The Canadian Art Database

Doris Cowan

Robert Sinclair
Aggregation Gallery
September 29 — October 17 [1979]

artscanada, December / January 1979 — 80, #232 / 233, pg. 75.
[ 567 words ]

Robert Sinclair's new paintings and sculpture continue the development and variation of themes he has pursued for a decade. His central preoccupations are still flower studies in watercolour and the western Canadian landscape rendered in a variety of media (watercolour, acrylic on canvas); and three-dimensional pieces in air-brushed enamel on hand-formed acrylic.

In his statement about this current show, Sinclair speaks of his 'wish to incorporate in the work...the experience of actual space...i.e. the interface (connecting space) between 2 situations...developed in painted to unpainted, drawn to painted, painted to painted...this space is actualized through drawing and finalized with colour passage.'

The road paintings are an impressive demonstration of the scope for variation that there can be in an apparently restricting theme. The two-land highway is always conveniently placed to draw the viewer's eye into the composition, entering the landscape and moving through its centre towards a low or mountainous horizon under a white or brilliant sky. Cliffs and banks become moving curves, mountains rear up suddenly, and smaller hills roll up and down like waves.

Chosen sections of the landscape are sharply outlined and deeply coloured. Around them are large areas of mostly white space or empty canvas, secondary levels of the composition indicated in the fewest lines possible. The viewer sees the distance separating him from the empty white hills on the one hand, and the vividly picked out cliff tops or roadside slopes on the other, as part of the same physical continuum; but their distance in the sense of their importance to the eye is sharply differentiated.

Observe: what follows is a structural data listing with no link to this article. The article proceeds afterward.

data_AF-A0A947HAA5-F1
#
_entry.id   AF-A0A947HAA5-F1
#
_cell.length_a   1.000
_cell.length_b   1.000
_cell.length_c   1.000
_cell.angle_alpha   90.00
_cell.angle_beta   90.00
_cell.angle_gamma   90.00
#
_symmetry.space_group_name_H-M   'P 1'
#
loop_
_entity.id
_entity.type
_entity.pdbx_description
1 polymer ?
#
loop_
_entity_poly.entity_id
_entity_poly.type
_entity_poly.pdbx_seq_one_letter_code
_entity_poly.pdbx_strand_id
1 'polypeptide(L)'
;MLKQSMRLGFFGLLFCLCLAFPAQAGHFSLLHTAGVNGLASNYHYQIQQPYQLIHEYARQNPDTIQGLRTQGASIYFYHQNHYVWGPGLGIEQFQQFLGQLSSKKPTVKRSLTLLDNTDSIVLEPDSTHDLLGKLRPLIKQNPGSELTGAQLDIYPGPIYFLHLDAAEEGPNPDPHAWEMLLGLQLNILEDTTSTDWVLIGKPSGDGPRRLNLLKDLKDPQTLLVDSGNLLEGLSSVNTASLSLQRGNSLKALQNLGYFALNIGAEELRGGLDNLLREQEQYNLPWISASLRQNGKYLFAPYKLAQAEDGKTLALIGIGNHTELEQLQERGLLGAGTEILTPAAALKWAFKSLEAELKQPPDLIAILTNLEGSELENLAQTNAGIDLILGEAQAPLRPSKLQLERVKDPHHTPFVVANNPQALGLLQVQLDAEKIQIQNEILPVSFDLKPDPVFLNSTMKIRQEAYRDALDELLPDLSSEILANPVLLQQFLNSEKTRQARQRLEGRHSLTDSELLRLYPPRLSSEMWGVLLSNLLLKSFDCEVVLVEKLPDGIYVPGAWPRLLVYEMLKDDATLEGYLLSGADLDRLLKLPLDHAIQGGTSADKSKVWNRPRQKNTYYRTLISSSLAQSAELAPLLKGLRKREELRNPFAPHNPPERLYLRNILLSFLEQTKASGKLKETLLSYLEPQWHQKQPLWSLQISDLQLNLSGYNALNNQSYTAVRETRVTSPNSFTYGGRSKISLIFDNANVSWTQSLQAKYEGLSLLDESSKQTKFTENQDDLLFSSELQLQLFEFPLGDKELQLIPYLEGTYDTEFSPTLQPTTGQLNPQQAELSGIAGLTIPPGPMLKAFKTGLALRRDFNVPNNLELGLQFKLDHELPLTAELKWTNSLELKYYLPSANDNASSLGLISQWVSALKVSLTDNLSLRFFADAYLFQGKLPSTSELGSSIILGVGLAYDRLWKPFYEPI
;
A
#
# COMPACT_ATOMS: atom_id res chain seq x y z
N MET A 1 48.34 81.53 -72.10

In his flower studies Sinclair is concerned with a kind of movement in space: the invisible, continuous unfolding of leaf and blossom. This show included a ten-stage study of a red tulip, detailing its slow development from tightly closed bud to overblown flower. These paintings are less abstract than the landscapes, but here too there is a free use of white space countering the strict logic of the realistic rendering.

The exaggerated simplicity of design that Sinclair favours, together with the finesse and opulence of his colour washes, create a grace and ease that might lead a casual observer to underestimate his imaginative powers. But in fact each landscape proposes a different relationship between land, sky and road. Sinclair admits new aspects cautiously while continuing to explore old ones.

In the last few years he has painted a few roadless landscapes, and there was one of these, Canada Classic: Snow Mountain Flash (1979), in this show of new work. It is very different in feeling from the long line of road paintings that preceded it, although it is obviously a natural and inevitable next step in their development. Sinclair has moved the vantage point up and away from the ground, and the landscape seems huge, still, and empty. It is as if the previous paintings had been accompanied by the sound of a car engine. This one is quiet. He has taken chances with this painting, too, in the very large areas of canvas he has left blank, defined only by the few lines of drawing. It is not, to me, an entirely successful work but it is interesting in that it indicates a new direction, and that it does so strongly and without tentativeness.

artscanada, December / January 1979 — 80, #232 / 233, pg. 75.

Text: © Doris Cowan. All rights reserved.

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